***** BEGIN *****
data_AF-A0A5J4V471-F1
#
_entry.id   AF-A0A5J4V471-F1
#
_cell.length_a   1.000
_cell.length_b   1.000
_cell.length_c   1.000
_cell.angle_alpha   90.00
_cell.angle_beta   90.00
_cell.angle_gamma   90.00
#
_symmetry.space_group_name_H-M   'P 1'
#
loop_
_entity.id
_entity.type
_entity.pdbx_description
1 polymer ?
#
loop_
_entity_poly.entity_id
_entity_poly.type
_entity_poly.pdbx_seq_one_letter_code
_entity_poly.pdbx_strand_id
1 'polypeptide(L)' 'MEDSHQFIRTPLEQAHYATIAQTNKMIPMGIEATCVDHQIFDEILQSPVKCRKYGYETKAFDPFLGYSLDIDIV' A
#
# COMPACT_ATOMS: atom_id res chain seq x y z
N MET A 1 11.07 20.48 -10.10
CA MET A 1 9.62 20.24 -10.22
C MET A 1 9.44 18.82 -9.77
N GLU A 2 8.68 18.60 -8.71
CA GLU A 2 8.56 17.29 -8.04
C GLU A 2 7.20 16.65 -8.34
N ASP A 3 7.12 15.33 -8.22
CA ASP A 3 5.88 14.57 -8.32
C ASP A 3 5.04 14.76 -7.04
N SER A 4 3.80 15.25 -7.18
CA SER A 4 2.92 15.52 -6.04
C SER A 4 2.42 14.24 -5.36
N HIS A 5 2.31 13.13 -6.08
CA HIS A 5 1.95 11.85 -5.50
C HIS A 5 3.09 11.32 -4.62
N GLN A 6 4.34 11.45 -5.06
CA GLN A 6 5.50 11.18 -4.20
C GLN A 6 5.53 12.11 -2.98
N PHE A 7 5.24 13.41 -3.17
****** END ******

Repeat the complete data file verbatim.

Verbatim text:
data_AF-A0A5J4V471-F1
#
_entry.id   AF-A0A5J4V471-F1
#
_cell.length_a   1.000
_cell.length_b   1.000
_cell.length_c   1.000
_cell.angle_alpha   90.00
_cell.angle_beta   90.00
_cell.angle_gamma   90.00
#
_symmetry.space_group_name_H-M   'P 1'
#
loop_
_entity.id
_entity.type
_entity.pdbx_description
1 polymer ?
#
loop_
_entity_poly.entity_id
_entity_poly.type
_entity_poly.pdbx_seq_one_letter_code
_entity_poly.pdbx_strand_id
1 'polypeptide(L)' 'MEDSHQFIRTPLEQAHYATIAQTNKMIPMGIEATCVDHQIFDEILQSPVKCRKYGYETKAFDPFLGYSLDIDIV' A
#
# COMPACT_ATOMS: atom_id res chain seq x y z
N MET A 1 11.07 20.48 -10.10
CA MET A 1 9.62 20.24 -10.22
C MET A 1 9.44 18.82 -9.77
N GLU A 2 8.68 18.60 -8.71
CA GLU A 2 8.56 17.29 -8.04
C GLU A 2 7.20 16.65 -8.34
N ASP A 3 7.12 15.33 -8.22
CA ASP A 3 5.88 14.57 -8.32
C ASP A 3 5.04 14.76 -7.04
N SER A 4 3.80 15.25 -7.18
CA SER A 4 2.92 15.52 -6.04
C SER A 4 2.42 14.24 -5.36
N HIS A 5 2.31 13.13 -6.08
CA HIS A 5 1.95 11.85 -5.50
C HIS A 5 3.09 11.32 -4.62
N GLN A 6 4.34 11.45 -5.06
CA GLN A 6 5.50 11.18 -4.20
C GLN A 6 5.53 12.11 -2.98
N PHE A 7 5.24 13.41 -3.17